Monthly Archives: July 2011


The year it went wrong, the year I turned up, turned your life upside down… You wandered in beech forests, rolling the fine silky leaves between your fingers. Sat by ponds, by the sea, drinking the beer you always carried around in your rucksack. Beer tasted better there, didn’t it, tasted like it’s supposed to. CDs and graphic novels in the local libraries… you’d like to find and thank the person in charge of acquiring the music for the libraries in those days, wouldn’t you, and tell them about the debt you owe them… Coastal walks, surrounded by that special pale blue-grey light, the chill wind from the Sound. You sat on the beach by Elsinore castle, level with the cannons, staring out at the coast opposite: at another country, another language. Who were you, what were you in this your foreign home country? Someone sitting on the beach… The year you ceased to belong to yourself… To whom then? Me? But even I was barely there. We were stretched out, the two of us, like the clouds stretching out over the water, across the two coasts, blowing away, dispersing… You’d forgotten most of the language of this old new place, you spoke like a Kaspar Hauser, you were afraid to speak, you still thought and dreamed in the other language, the one that was to become ours. A private language, was that what we were forming, what was forming itself in us? Hardly, our words hardly belonged to us. Yet wasn’t that the year you first began to know language, to inhabit it even as it resisted you? Resisted you on the one hand and pulled you deep into yourself on the other, as you stuttered your way through one language and dreamed yourself away in another?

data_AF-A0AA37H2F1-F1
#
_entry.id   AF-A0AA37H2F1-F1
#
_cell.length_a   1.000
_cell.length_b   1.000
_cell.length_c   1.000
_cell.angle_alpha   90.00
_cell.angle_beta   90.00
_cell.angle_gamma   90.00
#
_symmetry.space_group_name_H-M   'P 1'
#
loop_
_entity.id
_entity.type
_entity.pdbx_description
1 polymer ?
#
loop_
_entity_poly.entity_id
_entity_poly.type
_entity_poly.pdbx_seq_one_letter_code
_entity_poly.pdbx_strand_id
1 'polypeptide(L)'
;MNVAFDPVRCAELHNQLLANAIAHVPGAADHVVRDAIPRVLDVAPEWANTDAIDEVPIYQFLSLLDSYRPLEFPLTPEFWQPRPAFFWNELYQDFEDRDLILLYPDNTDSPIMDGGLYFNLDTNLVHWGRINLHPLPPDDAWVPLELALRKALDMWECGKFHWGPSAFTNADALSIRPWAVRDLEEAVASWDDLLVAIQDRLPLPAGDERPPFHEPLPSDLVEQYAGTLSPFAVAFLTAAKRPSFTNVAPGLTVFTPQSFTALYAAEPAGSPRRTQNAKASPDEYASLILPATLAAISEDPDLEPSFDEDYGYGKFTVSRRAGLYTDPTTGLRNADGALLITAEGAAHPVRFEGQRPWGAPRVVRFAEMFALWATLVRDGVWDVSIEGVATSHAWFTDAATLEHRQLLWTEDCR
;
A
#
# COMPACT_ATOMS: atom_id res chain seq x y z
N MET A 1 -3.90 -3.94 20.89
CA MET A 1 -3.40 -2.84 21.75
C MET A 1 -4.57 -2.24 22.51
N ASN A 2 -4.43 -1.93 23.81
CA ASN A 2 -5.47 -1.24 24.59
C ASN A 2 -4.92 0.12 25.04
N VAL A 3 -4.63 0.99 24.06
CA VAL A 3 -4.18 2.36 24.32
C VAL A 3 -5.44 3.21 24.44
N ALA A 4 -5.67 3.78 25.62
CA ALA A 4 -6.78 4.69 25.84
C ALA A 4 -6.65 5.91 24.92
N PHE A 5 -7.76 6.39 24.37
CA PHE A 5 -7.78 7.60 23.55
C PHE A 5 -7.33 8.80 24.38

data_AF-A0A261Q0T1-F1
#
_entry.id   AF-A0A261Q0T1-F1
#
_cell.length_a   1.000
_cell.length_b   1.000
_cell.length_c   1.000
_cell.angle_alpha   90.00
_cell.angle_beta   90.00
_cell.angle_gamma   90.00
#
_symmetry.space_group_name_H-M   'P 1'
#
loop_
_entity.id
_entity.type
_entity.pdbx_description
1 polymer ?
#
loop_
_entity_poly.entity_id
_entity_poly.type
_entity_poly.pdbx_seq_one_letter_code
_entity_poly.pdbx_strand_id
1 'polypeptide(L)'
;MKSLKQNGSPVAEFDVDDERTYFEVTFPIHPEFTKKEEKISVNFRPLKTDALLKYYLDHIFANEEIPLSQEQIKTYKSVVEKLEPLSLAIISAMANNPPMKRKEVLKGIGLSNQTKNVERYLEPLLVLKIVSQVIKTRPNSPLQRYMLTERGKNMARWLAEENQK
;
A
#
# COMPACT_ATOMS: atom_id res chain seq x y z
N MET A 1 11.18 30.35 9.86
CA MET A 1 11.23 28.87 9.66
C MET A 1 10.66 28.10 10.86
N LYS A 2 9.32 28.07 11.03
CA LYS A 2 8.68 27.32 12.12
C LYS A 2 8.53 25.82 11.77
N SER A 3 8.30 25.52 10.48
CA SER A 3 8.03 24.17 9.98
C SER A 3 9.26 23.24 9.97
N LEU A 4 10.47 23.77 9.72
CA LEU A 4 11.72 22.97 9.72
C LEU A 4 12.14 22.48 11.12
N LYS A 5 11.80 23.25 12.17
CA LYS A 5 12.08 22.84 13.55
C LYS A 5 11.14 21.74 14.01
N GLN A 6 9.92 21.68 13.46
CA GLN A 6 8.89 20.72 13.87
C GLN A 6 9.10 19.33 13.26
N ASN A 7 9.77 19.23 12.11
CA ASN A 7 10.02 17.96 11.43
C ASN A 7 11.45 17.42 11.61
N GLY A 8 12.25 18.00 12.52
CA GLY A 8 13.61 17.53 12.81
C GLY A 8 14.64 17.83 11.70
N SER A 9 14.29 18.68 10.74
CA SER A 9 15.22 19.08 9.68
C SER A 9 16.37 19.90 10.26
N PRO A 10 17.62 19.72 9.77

So, there were those long walks of unravelling, where you went out with no fixed purpose, no special destination, seeking the space that is yourself. Maybe such vacancy was all you sought to lose, then find, your wish being to move through the city simply as a presence, stepping free of intentions and timetables, as if invited to a secret celebration.

– John Welch, from ‘There and Back’

But the material of experience is not the material of expression and I think the distress you feel, as a writer, comes from a tendency on your part to assimilate the two. The issue is roughly that raised by Proust in his campaign against naturalism and the distinction he made between the “real” of the human predicament and the artist’s “ideal real” remains certainly valid for me and indeed badly in need of revival. I understand, I think no one better, the flight from experience to expression and I understand the necessary failure of both. But it is the flight from one order or disorder to an order or disorder of a different nature and the two failures are essentially dissimilar in kind. Thus failure in life can hardly be anything but dismal at the best, whereas there is nothing more exciting for the writer, or richer in unexploited expressive possibilities, than the failure to express.

— Beckett, from a letter to a fellow writer (via here)

A white screen